HAP-31306 Development and Healthy Aging


Credits 6.00

Teaching methodContact hours
Literature study
Practical extensively supervised8
Practical intensively supervised40
Course coordinator(s)prof. dr. ir. J Keijer
Lecturer(s)prof. dr. ir. J Keijer
prof. dr. ir. HFJ Savelkoul
prof. dr. ir. JL van Leeuwen
dr. ir. S Kranenbarg
LPM Duivenvoorde
prof. dr. MR Müller
ing. JE Bunschoten
Examiner(s)prof. dr. ir. HFJ Savelkoul
prof. dr. ir. JL van Leeuwen
prof. dr. ir. J Keijer

Language of instruction:


Assumed knowledge on:

EZO-10306, HAP-20306, CBI-10306

Continuation courses:

EZO-30806, EZO-30806, HAP-30306, HAP-30806, CBI-30306, CBI-30806


This course highlights primary concepts and approaches in immunology, cell biology, developmental biology, biomechanics, and human and animal physiology in the context of development and healthy aging. A systems view, from molecules to the whole body, of the muscle, of energy metabolism and of the immune system will be provided. Relevant state-of the-art methodology and techniques will be explained using current literature and ongoing research. Mechanisms will be explained using findings in wide range of organisms, including yeast, worm, fruitfly, zebrafish, chicken, mouse, cow, human and other organisms. Keywords are: development, pattern formation, gradients, gene regulation, gene networks, muscle fibre activation dynamics, muscle architecture, skeletal system and motion, physiology and molecular regulation of energy metabolism, mitochondria, adipose tissue function, organ-organ interactions, metabolic imprinting, function and (dys) regulation of the immune system, chronic diseases, in vitro and in vivo test models, healthy aging.
This course is in development; consult the coordinator of the course prior to the academic year 2010/2011 for detailed information.

Learning outcomes:

Students who followed this course should be able to:
- understand the basic mechanisms of gradient formation and its role in development;
- understand the principle of the clock- and wavefront model of somitogenesis;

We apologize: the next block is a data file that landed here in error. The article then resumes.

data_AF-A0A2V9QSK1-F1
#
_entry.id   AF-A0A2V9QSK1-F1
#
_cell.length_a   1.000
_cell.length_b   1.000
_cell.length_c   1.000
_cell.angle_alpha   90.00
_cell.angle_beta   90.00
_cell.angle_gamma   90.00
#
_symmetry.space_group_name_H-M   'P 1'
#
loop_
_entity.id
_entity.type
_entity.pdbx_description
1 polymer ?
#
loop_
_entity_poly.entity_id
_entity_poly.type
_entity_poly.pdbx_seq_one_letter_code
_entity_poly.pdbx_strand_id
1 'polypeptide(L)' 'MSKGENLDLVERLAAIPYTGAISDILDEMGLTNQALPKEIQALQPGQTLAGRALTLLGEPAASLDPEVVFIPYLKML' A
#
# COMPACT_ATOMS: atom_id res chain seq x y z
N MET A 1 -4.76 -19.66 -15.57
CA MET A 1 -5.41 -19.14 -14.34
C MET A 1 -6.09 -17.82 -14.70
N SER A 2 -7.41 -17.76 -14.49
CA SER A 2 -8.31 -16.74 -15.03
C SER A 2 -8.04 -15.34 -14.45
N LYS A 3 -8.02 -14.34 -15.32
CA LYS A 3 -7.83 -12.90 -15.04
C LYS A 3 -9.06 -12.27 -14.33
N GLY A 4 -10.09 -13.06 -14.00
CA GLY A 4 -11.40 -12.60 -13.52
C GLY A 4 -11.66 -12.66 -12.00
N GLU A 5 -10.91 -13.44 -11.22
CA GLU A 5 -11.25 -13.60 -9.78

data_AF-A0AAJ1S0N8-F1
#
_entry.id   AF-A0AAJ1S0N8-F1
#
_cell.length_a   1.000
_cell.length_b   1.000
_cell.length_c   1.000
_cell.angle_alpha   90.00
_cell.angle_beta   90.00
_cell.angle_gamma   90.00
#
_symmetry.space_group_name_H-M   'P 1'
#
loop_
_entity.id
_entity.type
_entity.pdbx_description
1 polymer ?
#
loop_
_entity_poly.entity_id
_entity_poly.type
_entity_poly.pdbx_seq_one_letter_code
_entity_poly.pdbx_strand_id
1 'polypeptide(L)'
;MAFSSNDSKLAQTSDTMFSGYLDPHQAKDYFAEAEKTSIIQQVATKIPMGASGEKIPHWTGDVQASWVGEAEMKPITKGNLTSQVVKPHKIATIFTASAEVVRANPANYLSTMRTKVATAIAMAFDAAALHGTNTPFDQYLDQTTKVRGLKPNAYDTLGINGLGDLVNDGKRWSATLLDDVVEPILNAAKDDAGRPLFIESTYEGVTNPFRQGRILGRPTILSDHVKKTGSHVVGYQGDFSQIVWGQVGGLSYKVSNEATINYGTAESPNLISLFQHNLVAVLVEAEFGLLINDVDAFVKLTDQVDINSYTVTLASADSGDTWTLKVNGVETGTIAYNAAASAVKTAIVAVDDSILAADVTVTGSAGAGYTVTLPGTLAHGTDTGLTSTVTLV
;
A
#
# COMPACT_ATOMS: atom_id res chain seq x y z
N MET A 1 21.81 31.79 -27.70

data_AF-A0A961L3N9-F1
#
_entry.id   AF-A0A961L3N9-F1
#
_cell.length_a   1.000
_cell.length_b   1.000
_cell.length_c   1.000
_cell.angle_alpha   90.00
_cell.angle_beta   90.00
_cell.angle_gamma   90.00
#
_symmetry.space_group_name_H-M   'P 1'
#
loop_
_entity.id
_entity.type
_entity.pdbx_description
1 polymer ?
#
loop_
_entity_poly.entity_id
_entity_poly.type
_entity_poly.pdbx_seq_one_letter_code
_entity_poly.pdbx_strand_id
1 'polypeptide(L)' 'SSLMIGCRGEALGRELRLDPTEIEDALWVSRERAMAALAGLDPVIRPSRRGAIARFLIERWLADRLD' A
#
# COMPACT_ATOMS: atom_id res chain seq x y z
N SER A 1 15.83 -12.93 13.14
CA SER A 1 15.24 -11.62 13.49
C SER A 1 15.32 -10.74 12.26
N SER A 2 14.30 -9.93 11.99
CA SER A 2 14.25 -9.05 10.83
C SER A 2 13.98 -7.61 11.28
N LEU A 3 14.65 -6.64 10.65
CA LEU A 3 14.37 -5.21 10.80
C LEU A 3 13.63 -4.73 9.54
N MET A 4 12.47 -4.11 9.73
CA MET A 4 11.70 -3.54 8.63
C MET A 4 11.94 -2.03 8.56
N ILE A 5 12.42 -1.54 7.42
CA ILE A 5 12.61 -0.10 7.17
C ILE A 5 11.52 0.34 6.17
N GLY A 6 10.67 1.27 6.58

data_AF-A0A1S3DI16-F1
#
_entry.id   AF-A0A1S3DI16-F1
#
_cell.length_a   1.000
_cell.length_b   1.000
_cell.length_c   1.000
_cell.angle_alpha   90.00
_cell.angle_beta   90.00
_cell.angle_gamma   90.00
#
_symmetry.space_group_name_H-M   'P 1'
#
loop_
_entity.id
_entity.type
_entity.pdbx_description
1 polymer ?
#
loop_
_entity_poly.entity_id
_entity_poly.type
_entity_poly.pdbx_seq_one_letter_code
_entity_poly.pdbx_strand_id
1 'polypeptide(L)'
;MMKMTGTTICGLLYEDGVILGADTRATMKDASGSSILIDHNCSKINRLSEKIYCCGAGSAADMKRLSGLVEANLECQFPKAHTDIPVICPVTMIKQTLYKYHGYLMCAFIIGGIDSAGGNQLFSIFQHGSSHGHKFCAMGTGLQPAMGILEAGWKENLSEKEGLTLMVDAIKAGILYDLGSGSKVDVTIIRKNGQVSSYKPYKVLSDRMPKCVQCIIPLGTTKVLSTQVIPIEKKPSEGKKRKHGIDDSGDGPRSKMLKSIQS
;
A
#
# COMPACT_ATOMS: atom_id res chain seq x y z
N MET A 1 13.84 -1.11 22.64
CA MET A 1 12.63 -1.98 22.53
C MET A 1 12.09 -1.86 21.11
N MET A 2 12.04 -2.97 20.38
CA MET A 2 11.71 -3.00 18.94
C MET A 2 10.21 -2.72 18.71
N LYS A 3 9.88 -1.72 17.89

- understand how basic mechanisms such as gradient formation, a genetic oscillator and cell-cell communication can lead to pattern formation;
- have a basic understanding of the architectural organization and function of muscles, joints, and kinematic chains;
- have gained basic knowledge of animal movement research;
- have knowledge on the key molecular mechanisms that regulate energy metabolism in animals and humans;
- have basic understanding of the role of energy metabolism in healthy aging and insight mechanisms and effects of metabolic imprinting;
- understand current approaches and techniques used for mechanistic molecular and physiological analysis of energy metabolism;
- comprehend the immunological mechanisms underlying beneficial and aberrant immune responses in various stages of life;
- analyze and design strategies at a basic level to modulate immunity using specific components and apply techniques to assess an individuals' immune status;
- are able to read scientific literature and integrate scientific information from relevant disciplines, such as genetics, biochemistry, molecular biology, immunology, histology, developmental biology biomechanics, and physiology to explain the basic mechanisms and functional consequences of development and aging.


Lectures, working groups, practicals, computer learning, self study.


Written examination.


Syllabus and handouts of the lectures.

Compulsory for: MASAnimal SciencesMScF: Applied Zoology3WD